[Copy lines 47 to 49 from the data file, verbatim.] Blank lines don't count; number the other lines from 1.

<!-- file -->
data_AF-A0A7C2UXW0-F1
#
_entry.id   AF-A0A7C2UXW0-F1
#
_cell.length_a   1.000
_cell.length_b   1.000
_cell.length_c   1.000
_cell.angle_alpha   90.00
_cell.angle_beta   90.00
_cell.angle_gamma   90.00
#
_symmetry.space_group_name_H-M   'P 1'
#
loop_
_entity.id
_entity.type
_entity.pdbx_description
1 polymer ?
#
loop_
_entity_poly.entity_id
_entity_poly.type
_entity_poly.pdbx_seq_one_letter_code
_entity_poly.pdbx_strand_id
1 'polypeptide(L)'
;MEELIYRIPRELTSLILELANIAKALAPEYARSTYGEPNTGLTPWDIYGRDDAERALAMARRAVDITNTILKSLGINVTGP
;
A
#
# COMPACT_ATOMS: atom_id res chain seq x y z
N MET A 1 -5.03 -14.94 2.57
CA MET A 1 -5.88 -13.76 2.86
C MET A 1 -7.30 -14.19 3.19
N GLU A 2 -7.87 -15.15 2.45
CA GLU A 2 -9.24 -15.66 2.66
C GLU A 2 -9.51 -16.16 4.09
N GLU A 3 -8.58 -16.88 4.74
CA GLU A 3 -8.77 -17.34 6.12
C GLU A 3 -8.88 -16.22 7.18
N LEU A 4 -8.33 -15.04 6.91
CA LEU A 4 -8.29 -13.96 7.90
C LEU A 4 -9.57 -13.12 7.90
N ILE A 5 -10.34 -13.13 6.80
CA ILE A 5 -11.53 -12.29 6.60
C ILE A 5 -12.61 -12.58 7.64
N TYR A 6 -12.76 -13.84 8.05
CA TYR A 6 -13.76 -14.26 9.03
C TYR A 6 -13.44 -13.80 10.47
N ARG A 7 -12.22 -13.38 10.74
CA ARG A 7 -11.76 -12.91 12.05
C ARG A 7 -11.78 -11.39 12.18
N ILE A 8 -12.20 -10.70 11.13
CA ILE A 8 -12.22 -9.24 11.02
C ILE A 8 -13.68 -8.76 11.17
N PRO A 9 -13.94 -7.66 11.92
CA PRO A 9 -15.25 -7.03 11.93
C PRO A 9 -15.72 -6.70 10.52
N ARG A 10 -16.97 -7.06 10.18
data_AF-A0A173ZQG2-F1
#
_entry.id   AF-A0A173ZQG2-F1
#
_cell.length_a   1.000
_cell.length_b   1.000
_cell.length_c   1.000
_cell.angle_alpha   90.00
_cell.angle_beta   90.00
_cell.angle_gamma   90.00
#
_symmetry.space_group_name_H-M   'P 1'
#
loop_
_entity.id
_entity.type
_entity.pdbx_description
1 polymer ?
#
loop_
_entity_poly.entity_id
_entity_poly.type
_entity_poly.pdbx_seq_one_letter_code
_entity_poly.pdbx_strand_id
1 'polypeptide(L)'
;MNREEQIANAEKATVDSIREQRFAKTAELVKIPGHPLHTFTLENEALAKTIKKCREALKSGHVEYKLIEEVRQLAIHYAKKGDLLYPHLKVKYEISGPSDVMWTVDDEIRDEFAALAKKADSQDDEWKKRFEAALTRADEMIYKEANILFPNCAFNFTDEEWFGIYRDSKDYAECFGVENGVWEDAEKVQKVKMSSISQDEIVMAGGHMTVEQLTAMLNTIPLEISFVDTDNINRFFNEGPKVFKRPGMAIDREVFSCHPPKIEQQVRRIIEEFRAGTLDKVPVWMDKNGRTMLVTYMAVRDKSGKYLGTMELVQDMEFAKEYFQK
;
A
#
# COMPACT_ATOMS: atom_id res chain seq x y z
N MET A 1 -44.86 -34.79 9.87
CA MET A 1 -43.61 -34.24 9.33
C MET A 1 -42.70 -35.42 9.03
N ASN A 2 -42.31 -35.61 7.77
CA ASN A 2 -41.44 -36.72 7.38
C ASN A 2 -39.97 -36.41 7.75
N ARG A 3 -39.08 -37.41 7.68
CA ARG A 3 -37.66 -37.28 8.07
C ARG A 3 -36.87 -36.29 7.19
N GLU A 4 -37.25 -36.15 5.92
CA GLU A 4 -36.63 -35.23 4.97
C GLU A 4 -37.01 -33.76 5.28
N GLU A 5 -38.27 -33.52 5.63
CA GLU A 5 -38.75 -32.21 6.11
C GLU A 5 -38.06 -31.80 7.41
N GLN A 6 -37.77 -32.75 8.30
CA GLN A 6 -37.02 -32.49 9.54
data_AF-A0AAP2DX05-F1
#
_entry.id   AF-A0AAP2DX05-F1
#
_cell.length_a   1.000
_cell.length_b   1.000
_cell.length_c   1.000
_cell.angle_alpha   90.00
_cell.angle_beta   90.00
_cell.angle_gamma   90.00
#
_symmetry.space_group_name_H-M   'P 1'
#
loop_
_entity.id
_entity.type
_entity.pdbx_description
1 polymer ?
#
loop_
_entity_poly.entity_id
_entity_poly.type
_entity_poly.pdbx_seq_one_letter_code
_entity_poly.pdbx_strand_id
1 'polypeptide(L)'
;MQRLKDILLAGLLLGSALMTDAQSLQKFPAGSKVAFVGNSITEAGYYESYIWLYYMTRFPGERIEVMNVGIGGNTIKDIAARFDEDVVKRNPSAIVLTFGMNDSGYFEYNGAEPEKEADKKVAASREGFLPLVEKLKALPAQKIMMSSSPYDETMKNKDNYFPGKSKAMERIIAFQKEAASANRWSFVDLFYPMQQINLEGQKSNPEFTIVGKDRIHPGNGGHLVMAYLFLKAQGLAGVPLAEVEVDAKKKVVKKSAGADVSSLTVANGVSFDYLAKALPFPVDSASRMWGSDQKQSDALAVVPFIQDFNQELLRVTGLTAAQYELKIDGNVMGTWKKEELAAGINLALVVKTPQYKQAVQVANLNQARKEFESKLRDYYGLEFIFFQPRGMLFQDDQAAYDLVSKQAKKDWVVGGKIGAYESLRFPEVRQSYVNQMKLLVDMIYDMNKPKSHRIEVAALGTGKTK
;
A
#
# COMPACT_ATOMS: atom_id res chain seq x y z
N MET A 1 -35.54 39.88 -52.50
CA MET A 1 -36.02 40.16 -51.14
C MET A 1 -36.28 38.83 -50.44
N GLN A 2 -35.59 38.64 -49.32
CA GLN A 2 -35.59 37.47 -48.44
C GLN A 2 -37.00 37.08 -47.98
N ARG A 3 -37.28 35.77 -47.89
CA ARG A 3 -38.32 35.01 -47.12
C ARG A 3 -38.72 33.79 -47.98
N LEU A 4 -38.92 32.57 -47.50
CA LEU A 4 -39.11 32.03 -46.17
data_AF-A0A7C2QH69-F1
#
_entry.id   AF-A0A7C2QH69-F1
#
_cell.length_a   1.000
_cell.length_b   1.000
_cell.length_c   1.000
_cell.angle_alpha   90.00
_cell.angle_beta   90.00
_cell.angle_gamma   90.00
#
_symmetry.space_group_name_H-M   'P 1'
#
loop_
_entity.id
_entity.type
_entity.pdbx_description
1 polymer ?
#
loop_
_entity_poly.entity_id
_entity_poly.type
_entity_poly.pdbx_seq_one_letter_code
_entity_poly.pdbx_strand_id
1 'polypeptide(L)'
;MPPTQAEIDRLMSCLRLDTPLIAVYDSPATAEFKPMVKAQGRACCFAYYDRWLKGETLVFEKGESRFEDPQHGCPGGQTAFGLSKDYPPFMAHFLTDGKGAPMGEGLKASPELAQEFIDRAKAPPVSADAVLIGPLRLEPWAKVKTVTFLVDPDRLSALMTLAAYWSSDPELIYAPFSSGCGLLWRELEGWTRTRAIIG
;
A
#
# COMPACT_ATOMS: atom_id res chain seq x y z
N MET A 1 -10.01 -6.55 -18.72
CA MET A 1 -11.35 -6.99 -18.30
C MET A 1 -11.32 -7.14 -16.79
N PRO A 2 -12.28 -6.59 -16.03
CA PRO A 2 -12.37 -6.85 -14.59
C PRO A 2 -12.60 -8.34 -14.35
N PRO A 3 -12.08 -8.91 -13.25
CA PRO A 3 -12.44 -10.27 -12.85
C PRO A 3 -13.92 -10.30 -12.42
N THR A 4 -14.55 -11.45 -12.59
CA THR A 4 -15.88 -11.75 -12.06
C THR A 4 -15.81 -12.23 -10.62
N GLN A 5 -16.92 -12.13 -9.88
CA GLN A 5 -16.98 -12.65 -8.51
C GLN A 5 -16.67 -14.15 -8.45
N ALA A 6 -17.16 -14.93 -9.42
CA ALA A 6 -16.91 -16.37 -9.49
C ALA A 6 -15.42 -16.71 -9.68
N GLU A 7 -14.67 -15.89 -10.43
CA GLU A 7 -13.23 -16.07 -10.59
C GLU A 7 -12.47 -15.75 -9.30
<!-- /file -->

CA TYR A 6 -13.76 -14.26 9.03
C TYR A 6 -13.44 -13.80 10.47
N ARG A 7 -12.22 -13.38 10.74